Route: 396km, 246mi (GPS track)
Tonight was the last night on the beautiful camp site near Oban (GPS waypoint OBAN). Yesterday we had decided to drive towards Inverness today. After getting up, having breakfast and packing our stuff on the bikes, we first drove to Fort William. Although the sky was cloudy and there was not much to see, we took the dead end road into Glen Nevis. We couldn't see Ben Nevis (GPS waypoint NEVIS), Scotland's highest mountain, but at least we've been at its bottom and it was a nice road (first picture). On the next two pictures you can again see foot-and-mouth disease precautions for hikers.
After leaving Glen Nevis, we didn't head north but added a second extra round to Moidart and back (fourth picture). When we drove down to Strontian, I suddenly saw a thick hose coming from the sea and leading under the street to some machines on the other side of the street (pictures five and six). Since I'm a curious person, I stopped and went back. It turned out that it was a device for pumping the salmons from their basins directly to some workers, who immediately killed them and threw them on a truck (GPS waypoint SALMON). When the truck was full, it drove the fish away. Wow, that's a quick procedure. Imagine you were a fish, swim around in the sea cluelessly - plopp! - get sucked into a pipe - bang! - get one over your head and finally are transported to some market. I don't like that idea but I like having fish.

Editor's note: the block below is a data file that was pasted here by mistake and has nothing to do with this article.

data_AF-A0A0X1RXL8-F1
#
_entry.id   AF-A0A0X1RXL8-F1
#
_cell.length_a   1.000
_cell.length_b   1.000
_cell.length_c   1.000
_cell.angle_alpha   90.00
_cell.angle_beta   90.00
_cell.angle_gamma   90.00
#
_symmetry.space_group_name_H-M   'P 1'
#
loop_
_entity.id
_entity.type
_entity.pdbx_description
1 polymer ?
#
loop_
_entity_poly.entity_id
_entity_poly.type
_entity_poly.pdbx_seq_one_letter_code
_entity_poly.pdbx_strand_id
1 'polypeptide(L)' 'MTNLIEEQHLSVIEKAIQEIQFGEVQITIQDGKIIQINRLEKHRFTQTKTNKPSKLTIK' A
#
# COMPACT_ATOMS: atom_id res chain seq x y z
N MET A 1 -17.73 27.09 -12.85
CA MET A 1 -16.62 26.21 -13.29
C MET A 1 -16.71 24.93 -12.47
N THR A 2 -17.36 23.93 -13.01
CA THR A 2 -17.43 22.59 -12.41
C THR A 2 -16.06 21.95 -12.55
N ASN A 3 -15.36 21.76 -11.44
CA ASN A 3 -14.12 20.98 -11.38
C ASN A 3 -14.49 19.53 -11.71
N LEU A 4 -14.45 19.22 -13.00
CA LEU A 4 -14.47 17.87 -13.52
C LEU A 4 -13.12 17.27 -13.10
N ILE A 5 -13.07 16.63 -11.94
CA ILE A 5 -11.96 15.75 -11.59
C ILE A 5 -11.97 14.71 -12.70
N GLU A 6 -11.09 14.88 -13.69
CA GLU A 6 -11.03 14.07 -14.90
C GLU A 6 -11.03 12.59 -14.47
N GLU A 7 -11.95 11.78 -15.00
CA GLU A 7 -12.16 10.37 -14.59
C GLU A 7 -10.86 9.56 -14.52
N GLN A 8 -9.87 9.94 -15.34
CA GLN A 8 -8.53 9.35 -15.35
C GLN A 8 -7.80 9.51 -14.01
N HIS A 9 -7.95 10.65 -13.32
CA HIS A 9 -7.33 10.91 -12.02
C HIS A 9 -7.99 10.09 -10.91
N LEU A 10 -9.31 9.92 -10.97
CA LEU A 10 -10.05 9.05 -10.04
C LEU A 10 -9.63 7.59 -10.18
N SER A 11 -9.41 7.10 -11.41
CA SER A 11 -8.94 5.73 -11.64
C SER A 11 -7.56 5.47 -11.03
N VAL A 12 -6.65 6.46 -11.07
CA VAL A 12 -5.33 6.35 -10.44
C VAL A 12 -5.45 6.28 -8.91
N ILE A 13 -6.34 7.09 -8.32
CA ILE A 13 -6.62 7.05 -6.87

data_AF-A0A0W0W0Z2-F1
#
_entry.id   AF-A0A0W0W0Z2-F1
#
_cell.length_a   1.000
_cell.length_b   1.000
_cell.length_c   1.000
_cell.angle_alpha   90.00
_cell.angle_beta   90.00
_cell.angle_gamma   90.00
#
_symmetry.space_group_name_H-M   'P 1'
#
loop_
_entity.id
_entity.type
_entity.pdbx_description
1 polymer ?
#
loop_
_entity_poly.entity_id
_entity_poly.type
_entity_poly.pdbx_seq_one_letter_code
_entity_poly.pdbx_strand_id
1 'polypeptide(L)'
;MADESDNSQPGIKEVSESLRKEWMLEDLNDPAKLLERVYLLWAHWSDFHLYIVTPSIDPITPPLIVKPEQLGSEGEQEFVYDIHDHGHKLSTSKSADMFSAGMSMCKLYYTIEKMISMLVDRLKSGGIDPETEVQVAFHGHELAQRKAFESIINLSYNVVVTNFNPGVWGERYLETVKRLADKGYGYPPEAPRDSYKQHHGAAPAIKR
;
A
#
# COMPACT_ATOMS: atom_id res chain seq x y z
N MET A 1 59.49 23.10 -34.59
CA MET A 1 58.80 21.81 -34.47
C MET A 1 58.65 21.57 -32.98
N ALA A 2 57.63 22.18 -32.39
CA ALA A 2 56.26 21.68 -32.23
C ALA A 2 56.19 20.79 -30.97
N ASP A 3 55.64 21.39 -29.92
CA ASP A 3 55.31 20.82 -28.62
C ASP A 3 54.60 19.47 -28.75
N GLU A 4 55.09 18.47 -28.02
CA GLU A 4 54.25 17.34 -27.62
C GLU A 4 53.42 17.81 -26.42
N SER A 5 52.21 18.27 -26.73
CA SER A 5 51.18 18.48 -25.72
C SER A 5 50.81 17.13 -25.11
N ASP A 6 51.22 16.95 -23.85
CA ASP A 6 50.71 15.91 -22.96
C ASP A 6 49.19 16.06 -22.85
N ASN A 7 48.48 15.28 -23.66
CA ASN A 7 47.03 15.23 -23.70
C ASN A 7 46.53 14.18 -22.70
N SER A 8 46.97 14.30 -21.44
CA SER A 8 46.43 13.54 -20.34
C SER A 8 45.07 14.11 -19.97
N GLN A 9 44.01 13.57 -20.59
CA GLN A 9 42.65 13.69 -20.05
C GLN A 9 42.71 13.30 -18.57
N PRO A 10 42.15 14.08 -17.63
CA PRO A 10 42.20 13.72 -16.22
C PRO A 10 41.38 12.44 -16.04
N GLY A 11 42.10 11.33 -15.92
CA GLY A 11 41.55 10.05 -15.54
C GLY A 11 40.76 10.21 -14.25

Further on our way, we shortly stopped at Neptunes Stairway in Inverness (GPS waypoint NEPTUN), which is the start of the channel to the east coast of Scotland.
Nothing special happened on the remaining part of today's trip beside some misunderstandings between Manfred and me about driving style and where to go. I won't go into details. After some clarifying words, everything was okay again in the evening - I think.
One thing, we learned in Scotland is to watch out for lambs. They always run to their mother if they feel in danger, whether they have to cross the road in front of you or not. Older sheep are no problem, but the young ones are.
When we arrived on the camp site in Beaully (GPS waypoint BEAULY), two children showed up, who closely watched every movement we made while building up our tents and cooking. They asked us lots of questions. Sometimes it was hard to understand their strong slang. After a while, the boy asked me whether he could start my engine. Okay, I sat him on my bike and showed him what to do. And of course he fully opened the throttle with a smile in his face once the engine was running. After some seconds at the red line, I told him: "Okay, that's enough now, boy" and switched off the engine again.